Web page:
MIT Dining to increase meal plan commitment minimums for Class of 2024
Open forum to be held in W20-308 from 6–7 p.m. March 2
Mark Hayes, director of campus dining, and Peter Cummings, executive director for administration at the Division of Student Life (DSL), presented updates on the progress of the Meal Plan Working Group at the Dormitory Council (DormCon) meeting Feb. 20. Students can share their thoughts in an open forum 6–7 p.m. in W20-308 March 2.
MIT Dining will employ a phased implementation beginning with the Class of 2024 this fall: the meal swipe commitment will increase to 225 for first-year students, 190 for sophomores, and 160 for juniors and seniors.
The meal swipe commitment will not change for current MIT students. However, dining dollars will be optional for all students.
Cummings said at the DormCon meeting that the new meal plans will reduce the range of the price per meal from between the current $9.60–$14.20 to $14–$15.
Making dining dollars component optional would reduce the price of the 125-swipe plan by “about eight percent compared to last year,” Hayes said in an interview with The Tech. Students on a meal plan would then be able to purchase dining dollars separately, allowing them to still enjoy the five percent discount.
Hayes said that New Vassar will address the issue of students’ ability to eat all their meals with longer hours of operation: “There will be a pick-and-go breakfast location; you can come in and grab and go for a breakfast swipe. Brunch will be open from 9:30 a.m. to 2 p.m. Dinner will be open from 5–9 p.m.”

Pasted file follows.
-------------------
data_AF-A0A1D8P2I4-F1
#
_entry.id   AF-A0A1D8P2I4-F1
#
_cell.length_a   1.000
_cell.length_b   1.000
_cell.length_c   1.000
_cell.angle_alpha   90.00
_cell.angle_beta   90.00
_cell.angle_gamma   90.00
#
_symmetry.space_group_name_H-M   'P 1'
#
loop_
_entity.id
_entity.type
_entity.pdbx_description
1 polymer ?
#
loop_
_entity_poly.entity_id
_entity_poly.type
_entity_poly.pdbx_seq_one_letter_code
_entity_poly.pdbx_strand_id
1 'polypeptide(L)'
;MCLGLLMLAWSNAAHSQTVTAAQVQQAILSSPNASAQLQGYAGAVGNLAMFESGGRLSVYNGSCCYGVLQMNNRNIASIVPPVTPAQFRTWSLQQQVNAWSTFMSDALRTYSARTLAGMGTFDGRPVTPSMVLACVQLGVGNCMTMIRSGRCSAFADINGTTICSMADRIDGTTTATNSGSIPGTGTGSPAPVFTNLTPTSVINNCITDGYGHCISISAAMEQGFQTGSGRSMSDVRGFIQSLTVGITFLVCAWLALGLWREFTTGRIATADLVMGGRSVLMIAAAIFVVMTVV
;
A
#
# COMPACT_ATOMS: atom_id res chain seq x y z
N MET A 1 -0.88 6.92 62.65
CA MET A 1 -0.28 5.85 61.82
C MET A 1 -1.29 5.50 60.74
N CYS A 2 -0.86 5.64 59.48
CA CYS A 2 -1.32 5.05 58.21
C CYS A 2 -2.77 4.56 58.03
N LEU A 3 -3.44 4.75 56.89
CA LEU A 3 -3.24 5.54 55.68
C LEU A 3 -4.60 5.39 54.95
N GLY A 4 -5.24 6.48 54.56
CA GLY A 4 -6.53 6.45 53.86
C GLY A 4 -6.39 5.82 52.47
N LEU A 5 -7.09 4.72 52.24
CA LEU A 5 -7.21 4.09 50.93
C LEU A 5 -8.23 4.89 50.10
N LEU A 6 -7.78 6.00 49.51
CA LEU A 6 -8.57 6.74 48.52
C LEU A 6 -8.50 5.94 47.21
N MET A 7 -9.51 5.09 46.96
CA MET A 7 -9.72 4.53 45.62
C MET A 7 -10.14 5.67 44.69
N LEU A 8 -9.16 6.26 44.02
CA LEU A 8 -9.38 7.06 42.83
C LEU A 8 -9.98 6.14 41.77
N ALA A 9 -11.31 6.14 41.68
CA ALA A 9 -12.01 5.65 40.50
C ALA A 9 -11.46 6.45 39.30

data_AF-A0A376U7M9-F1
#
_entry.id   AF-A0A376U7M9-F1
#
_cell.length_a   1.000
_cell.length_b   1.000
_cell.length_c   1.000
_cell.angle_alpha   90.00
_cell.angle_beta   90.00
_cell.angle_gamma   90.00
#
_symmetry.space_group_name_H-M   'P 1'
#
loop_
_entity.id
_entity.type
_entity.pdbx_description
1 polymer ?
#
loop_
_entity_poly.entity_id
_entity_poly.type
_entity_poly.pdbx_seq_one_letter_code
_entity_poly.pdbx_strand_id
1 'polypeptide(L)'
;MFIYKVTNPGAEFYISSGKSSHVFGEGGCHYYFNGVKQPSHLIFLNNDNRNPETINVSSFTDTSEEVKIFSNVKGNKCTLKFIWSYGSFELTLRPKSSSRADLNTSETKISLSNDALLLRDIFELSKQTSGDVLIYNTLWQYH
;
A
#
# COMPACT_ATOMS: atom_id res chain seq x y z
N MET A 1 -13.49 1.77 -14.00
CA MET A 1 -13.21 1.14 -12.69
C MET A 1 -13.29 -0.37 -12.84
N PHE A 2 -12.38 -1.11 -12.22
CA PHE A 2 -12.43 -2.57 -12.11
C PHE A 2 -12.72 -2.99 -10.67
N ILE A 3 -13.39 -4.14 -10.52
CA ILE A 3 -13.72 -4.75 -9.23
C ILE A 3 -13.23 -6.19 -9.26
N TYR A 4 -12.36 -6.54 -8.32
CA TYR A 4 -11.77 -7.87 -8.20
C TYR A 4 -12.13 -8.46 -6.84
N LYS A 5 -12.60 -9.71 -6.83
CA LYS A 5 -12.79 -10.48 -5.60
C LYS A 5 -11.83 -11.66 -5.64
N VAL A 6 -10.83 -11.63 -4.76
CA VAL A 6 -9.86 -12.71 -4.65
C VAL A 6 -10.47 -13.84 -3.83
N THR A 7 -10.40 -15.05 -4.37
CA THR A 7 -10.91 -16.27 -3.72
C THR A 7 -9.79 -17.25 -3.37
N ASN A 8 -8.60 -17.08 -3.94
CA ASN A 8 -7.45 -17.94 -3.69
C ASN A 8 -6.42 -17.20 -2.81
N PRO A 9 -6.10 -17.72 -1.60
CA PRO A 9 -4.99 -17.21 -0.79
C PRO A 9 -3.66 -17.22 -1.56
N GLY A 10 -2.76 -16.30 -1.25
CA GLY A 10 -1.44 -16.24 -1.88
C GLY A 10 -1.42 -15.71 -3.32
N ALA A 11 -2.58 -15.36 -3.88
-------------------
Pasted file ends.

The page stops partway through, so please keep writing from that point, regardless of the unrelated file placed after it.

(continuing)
The changes will also address Maseeh’s lunch rush issues. “With New Vassar being an earlier lunch/brunch location, we think we will be able to capture more lunch swipes,” Hayes said.
Hayes added that New Vassar will contain 10 cooking pods, self-contained cooking stations within its kitchens.
MIT Dining operating losses are expected to increase to $2.6 million for the next academic year, Cummings said at the meeting.
Cummings highlighted two factors that will cause the cost increase: adding the dining hall at New Vassar and closing Burton-Conner. There are currently about 120 BC residents opting into the meal plan, and revenues will decrease when these residents move out, Cummings said.
Cummings said that MIT has always subsidized dining and DSL is “not against the idea” that costs shouldn’t be placed upon students.
Two primary challenges to campus dining were balancing value and quality and breaking the cycle of dissatisfaction, Cummings said.
“MIT’s dining system runs at a deficit, making re-investment difficult,” the working group’s website writes.
Cummings said that high operating costs, limited participation, and the proximity of dining options and barriers to quick meal service were three causes of the campus dining challenges.
Discussions at the meeting also included whether the high-end option of having 19 meals a week in the 260 plan should be kept.
“These are still just ideas, they are taking shape, they are up for discussion input,” Cummings said.